Sunday, May 29, 2011

What I'm Reading: Tell Me a Story by Roger Schank

To say that May was a busy month is an understatement.

After a successful run of Shining City at Off the Wall Theater--which critics called "provocative, well-acted and the "perfect cast" by the way...) I’m ready to do a little relaxing and actually read something that I'm not trying to memorize as part of a performance.  
The Inner History of DevicesI just finished reading Sherry Turkle’s collection of essays The Inner History of Devices.  This book is part memoir, part clinical textbook about how we related to objects and technology—how it literally changes our lives or affects us, in some ways we don’t even notice.  It looks at the obvious like addictions to online fantasy games or chat rooms, but also looks at people who are living with internal cardiac defibrillators or prosthetic eyes or being hooked up to a dialysis machine.  Written before the rise of Facebook, its startling to think about how we relate to the cyber world and technology, in general.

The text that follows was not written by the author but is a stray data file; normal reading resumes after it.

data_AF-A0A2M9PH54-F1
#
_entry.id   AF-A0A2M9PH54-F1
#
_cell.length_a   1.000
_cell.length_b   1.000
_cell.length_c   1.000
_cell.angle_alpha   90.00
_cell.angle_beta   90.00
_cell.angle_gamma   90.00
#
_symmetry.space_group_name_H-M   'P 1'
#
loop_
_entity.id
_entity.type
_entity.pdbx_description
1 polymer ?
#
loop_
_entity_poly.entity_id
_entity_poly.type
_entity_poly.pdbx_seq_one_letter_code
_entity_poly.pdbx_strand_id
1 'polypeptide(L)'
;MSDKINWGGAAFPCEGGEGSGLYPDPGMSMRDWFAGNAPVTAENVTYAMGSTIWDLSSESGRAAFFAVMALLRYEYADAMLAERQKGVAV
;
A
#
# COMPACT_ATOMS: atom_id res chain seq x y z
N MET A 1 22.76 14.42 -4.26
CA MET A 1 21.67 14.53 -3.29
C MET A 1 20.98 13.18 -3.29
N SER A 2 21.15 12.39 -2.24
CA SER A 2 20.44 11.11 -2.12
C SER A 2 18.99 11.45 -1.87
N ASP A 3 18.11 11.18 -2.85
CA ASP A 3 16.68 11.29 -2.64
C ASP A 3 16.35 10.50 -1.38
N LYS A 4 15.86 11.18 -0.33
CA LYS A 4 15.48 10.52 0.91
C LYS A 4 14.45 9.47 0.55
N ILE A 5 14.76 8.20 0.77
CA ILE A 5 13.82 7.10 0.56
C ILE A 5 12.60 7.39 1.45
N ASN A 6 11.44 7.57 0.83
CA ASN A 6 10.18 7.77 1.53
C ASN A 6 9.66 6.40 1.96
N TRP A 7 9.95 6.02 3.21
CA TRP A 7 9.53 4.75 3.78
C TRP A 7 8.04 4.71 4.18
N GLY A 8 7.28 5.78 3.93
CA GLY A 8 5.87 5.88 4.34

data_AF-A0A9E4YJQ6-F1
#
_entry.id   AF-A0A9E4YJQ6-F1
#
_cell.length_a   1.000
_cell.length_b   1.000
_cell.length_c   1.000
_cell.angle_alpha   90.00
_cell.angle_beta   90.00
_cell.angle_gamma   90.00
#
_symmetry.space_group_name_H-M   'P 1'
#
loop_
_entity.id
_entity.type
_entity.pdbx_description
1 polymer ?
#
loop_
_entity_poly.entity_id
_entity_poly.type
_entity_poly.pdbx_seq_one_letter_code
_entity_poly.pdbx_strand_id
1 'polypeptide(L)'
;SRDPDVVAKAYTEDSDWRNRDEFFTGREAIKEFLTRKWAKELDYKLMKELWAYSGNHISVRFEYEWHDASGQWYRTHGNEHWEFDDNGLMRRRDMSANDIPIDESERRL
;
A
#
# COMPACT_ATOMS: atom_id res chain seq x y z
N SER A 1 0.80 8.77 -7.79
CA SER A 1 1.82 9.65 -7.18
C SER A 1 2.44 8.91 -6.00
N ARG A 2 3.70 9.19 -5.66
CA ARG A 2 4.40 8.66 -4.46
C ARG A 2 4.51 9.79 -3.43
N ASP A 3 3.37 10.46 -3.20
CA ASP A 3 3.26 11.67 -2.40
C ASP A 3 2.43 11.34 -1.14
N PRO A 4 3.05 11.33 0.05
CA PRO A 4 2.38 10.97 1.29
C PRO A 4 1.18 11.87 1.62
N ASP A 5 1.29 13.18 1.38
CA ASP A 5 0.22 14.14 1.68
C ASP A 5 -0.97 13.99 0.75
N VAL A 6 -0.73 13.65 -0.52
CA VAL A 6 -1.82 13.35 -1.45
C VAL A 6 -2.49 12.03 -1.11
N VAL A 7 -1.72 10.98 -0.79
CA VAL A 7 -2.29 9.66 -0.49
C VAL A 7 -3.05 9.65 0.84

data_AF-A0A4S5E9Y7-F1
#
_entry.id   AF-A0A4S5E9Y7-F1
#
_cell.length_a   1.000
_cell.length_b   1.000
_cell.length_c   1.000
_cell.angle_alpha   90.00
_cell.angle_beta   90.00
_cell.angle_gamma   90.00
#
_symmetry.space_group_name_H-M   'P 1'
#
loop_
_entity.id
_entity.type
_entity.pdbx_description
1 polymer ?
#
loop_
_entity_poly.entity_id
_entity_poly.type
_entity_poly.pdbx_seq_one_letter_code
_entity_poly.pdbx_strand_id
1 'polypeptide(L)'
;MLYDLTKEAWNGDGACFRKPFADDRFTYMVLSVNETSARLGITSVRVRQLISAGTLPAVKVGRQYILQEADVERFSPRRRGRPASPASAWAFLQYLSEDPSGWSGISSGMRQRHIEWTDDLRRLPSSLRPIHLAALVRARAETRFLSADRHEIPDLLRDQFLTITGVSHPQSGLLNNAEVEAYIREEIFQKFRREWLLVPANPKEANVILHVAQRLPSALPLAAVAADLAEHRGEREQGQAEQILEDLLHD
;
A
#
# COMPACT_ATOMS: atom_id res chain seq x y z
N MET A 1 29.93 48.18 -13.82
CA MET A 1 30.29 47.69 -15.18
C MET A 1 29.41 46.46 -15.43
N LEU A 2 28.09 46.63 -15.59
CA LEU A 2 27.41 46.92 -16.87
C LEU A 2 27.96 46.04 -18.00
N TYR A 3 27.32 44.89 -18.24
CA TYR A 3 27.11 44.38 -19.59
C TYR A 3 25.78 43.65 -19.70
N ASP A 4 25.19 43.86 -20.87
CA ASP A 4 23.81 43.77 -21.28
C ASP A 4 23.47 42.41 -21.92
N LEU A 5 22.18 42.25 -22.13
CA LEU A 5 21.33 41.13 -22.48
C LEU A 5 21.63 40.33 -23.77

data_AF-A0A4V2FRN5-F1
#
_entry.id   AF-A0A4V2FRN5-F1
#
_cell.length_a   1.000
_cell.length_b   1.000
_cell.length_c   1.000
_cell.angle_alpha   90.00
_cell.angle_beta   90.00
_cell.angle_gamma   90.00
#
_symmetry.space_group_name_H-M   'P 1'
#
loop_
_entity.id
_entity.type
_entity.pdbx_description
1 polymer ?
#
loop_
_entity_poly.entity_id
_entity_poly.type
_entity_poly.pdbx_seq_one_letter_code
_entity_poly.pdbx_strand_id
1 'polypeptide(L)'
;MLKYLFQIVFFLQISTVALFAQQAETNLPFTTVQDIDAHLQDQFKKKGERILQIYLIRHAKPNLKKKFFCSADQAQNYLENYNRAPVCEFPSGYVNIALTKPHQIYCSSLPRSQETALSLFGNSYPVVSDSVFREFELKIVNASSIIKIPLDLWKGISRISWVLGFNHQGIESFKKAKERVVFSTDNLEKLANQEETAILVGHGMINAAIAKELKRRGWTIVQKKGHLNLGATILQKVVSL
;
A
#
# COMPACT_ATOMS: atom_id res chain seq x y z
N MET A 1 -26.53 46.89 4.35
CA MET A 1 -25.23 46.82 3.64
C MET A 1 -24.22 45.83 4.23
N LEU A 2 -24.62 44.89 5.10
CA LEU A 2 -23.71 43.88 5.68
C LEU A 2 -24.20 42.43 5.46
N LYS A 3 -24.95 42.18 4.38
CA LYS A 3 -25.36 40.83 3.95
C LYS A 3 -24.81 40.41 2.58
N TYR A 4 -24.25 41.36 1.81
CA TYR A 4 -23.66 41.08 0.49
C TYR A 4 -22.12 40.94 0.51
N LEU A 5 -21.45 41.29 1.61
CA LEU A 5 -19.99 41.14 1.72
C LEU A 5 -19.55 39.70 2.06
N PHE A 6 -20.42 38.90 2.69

Why am I reading this book?  For robot research, of course.  As prosthetics get better and better, how will we related to our artificial limbs or tehnologically advanced companions?  Like our robot nanny?

For instance, imagine if Facebook wasn't just a two dimensional interface on a screen, but an actual robot and you could ask it, "So what are my friends up to today?" and it could tell you instead of you having to read it.  How would you start to relate to that robot?  Even if it didn't have a personality?

Tell Me a Story: Narrative and Intelligence (Rethinking Theory)Now I’m reading Robert Schanks’ Tell Me a Story: Narrative and Intelligence.  (Yes, another book about artificial intelligence for my robot research.)  In a nutshell, this book basically says “Humans are intelligent, as opposed to computers or animals, because we relate and store information in the forms of stories.   Our stories are linked to our memories and its how we communicate and relate to each other.  Stories are who we are.  It’s the best argument for art and culture I’ve ever heard.  Why else do we go to the theatre and movies and read books?  It’s not just a form of entertainment.

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